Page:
In support of their fund raising campaign, #40foraplate and an amazing photo exhibition #the43percent (more information on both is readily available on all social media platforms), this post will highlight the vision and objective of one of Kenya's most admirable initiatives, Food4Education.
Education is central to development. In Kenya, 43% of the population is below 15 years which implies that almost half of all Kenyans are of primary school going age. Ensuring that we get primary school education right is key to Kenya’s future as it determines how many children make it to high school, how many don’t and ultimately how Kenya will look like in 10 years. An educated population makes better decisions about its leaders, economy and country.
2. How did you come up with the idea of Food 4 Education?
Food for Education was founded in response to what I had grown up seeing in Ruiru. Many kids did not have access to regular meals and as a result would skip school to either go beg or look for food. They did not perform well in school and had limited opportunities later in life. Sadly, even today, this is still the reality for many Kenyan children and I was inspired to do something to contribute to a better future. Food4Education was started to give kids in my community and ultimately in Kenya the opportunity to concentrate in class, excel and grow to contribute towards a better Kenya.
I consulted with local leaders such as pastors, chiefs and school principals on the best intervention that would ensure kids stay in school. A feeding program was identified and we designed a menu based on locally available ingredients that would be balanced, nutritious, cost-effective and delicious. We then started by feeding 25 of the most vulnerable kids from Ruiru Primary School.
3. What are the measurable outcomes of your initiative? How do you intend to achieve them?
In the words of the Chilean government, we want “to facilitate the incorporation, retention, and success in the educational system of children and young people living in social, economic, or psychological disadvantage, by delivering quality services, which contribute to equality of opportunity in the educational process”.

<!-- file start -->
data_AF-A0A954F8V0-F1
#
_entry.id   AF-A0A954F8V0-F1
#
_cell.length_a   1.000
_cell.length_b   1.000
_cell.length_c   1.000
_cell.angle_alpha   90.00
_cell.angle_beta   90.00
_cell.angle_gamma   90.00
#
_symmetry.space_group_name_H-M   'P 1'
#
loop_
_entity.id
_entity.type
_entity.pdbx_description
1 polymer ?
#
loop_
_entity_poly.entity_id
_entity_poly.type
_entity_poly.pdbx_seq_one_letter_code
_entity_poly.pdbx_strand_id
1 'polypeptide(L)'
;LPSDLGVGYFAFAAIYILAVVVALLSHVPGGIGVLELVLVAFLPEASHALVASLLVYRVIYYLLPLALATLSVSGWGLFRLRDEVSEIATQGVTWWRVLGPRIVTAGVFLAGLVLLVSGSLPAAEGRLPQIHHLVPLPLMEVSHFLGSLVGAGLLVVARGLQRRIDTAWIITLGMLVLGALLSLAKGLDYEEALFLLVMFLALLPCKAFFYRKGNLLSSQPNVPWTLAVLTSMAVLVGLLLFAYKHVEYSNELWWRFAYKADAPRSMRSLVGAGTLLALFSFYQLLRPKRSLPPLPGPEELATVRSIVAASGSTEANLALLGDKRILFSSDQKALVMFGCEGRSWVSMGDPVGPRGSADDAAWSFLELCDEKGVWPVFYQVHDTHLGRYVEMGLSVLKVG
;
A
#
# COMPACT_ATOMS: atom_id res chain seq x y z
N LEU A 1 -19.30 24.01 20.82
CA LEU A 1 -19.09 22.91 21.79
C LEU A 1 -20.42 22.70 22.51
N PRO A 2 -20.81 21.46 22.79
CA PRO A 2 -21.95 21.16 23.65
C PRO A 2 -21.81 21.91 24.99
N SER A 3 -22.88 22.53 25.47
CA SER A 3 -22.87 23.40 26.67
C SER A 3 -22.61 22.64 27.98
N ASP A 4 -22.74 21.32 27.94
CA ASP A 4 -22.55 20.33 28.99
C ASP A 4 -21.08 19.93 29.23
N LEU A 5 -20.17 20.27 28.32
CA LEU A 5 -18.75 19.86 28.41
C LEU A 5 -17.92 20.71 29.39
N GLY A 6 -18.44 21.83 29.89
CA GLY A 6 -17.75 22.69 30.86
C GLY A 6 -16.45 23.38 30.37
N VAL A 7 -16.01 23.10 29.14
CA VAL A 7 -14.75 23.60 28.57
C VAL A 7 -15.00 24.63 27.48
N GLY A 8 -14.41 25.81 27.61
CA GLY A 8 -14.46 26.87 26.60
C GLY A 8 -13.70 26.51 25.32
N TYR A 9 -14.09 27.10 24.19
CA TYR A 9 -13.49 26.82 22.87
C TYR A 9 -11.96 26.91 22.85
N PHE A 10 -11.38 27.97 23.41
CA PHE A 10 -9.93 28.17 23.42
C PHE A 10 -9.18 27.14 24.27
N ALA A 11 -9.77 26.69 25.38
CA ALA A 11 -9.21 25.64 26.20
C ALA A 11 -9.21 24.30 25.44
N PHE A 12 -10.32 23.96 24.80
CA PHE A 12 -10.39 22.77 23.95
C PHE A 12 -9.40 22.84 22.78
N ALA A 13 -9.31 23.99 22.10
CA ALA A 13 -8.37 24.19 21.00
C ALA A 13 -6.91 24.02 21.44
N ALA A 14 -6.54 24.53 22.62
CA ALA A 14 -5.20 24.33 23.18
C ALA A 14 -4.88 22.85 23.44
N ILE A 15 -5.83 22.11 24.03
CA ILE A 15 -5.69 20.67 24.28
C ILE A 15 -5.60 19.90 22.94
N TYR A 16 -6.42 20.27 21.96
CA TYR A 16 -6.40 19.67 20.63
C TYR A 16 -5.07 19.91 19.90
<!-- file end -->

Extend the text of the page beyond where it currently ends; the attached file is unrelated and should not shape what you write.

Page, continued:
We hope to create a just country where disadvantaged children don’t miss school because they are hungry, lack sanitary towels or don’t believe that they can achieve much. We want a more representative future and so we are investing in the education of the most vulnerable.
4. What vision do you have for Food4Education?
Provision of a daily meal provides a safety net for kids ensuring that they stay in school and learn. So far, we have worked with over 100 children and are and are currently expanding to feed all 1300 in two schools.
In coming years, we plan on working with more public schools to ensure that no child goes hungry. Our model is simple and scalable as our interventions are clear, cost effective and have proven to be successful in our pilot program.
5. What impact would you say your program has had so far? How many students are being targeted in the next 10 years?
We started in January 2012 and in the last 3 years have worked with over 100 children in our pilot program. In this time we have seen marked improvement in our key indicators. In 2014, we had a 96% attendance ratio compared to the national average of 87% and a 95% secondary transition rate compared to the national average of 78%. In that time, 100% of our students also scored 250/500 marks in KCPE compared to 49.1% nationally. We are growing and would like to reach 1 million kids in the next 10 years.
Note: Many thanks to Wawira Njiru, Founder of Food4Education for telling this story. If you'd like to join this incredible movement, go to their website below and get involved!